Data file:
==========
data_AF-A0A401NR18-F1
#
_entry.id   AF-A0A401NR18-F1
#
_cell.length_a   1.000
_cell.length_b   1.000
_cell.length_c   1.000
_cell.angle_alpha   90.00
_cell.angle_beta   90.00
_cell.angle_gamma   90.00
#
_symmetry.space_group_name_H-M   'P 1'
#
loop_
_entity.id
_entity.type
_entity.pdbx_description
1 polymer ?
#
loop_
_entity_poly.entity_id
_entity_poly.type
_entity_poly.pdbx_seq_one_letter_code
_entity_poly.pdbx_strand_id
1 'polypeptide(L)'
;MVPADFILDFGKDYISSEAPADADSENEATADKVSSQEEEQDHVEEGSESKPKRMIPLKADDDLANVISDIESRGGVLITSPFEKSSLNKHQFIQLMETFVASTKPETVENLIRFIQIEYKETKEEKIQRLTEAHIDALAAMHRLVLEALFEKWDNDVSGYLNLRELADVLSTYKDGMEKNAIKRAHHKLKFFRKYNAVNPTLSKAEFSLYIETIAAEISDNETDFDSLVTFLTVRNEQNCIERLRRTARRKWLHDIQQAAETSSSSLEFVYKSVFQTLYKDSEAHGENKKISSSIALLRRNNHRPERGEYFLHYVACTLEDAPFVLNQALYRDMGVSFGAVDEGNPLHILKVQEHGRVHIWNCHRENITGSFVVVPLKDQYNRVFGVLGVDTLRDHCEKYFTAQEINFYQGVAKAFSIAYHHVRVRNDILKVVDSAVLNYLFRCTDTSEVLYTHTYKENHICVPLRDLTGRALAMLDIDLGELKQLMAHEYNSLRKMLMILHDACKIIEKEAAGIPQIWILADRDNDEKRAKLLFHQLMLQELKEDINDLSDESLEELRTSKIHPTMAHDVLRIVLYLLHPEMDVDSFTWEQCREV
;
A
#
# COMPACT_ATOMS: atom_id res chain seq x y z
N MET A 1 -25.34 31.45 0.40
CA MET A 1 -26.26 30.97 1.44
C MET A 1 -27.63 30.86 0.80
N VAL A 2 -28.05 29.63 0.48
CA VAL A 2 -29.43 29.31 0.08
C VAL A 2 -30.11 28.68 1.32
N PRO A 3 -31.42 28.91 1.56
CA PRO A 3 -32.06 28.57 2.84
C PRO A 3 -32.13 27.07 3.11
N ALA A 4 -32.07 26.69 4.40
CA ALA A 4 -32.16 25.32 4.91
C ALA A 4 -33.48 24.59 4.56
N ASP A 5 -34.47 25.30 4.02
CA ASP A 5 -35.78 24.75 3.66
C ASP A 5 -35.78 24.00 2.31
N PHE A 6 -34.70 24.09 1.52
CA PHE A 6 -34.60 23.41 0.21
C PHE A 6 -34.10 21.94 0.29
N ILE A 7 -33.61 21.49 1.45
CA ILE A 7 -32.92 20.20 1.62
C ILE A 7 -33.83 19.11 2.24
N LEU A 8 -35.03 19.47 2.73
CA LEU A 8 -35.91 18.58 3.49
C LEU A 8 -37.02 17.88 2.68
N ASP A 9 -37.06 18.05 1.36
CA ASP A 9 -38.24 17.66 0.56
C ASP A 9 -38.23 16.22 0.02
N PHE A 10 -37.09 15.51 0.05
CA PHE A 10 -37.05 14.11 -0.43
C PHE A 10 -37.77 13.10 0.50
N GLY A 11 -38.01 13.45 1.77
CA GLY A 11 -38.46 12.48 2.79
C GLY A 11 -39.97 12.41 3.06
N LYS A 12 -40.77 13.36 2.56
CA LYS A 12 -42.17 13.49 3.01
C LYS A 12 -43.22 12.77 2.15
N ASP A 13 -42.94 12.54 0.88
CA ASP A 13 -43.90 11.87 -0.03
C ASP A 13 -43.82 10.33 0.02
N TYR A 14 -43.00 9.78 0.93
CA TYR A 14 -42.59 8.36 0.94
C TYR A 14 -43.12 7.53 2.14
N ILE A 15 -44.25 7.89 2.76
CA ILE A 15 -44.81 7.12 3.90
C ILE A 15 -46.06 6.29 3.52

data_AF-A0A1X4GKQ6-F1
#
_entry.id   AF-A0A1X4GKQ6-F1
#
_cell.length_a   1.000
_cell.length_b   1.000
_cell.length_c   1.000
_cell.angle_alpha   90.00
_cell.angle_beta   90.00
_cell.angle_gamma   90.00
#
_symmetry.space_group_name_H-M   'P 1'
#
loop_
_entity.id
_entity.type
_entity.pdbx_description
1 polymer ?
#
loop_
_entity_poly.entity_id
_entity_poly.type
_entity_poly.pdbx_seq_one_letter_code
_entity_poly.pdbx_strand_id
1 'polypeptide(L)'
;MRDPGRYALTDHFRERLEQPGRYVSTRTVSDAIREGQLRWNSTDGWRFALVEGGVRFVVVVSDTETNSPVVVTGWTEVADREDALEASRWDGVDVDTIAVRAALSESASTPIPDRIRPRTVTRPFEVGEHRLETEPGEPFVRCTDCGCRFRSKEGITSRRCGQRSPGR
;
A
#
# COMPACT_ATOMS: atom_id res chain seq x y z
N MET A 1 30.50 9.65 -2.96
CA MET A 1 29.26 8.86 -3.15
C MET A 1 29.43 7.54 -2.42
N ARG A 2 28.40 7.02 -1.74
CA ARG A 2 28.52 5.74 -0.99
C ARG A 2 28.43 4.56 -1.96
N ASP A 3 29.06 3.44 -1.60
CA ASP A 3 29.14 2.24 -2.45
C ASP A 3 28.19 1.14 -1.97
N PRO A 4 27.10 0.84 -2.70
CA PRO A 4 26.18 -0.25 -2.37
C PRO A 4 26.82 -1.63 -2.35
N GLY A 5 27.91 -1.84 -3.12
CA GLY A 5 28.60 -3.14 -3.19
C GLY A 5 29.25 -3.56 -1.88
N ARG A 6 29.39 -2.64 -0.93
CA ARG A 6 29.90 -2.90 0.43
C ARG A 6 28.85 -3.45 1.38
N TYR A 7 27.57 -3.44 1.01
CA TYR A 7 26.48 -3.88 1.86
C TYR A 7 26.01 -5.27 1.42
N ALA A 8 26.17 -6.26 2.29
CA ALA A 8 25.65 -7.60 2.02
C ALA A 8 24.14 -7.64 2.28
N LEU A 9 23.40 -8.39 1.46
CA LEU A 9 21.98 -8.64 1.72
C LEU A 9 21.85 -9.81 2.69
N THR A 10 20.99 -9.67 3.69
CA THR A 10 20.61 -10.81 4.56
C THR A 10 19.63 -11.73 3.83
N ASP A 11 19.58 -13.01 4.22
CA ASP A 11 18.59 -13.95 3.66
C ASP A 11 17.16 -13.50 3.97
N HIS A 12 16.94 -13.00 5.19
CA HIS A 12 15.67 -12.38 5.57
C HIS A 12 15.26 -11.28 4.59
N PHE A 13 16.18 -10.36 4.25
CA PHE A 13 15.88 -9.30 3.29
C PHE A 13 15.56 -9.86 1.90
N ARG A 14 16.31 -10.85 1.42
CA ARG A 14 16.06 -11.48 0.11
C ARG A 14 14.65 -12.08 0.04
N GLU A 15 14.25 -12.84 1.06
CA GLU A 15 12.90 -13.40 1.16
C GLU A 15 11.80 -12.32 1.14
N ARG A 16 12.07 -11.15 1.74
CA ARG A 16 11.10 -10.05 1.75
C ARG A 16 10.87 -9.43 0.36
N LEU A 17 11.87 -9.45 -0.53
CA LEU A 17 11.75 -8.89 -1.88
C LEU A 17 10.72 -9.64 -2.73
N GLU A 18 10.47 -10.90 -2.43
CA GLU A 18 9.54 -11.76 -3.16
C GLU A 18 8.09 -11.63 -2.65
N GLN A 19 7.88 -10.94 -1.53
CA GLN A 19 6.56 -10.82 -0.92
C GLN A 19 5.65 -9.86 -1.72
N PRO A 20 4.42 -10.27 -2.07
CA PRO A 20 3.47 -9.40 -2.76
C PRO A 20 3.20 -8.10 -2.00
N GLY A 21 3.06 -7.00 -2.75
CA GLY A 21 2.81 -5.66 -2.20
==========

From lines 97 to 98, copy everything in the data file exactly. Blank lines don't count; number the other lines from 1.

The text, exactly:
_entity_poly.type
_entity_poly.pdbx_seq_one_letter_code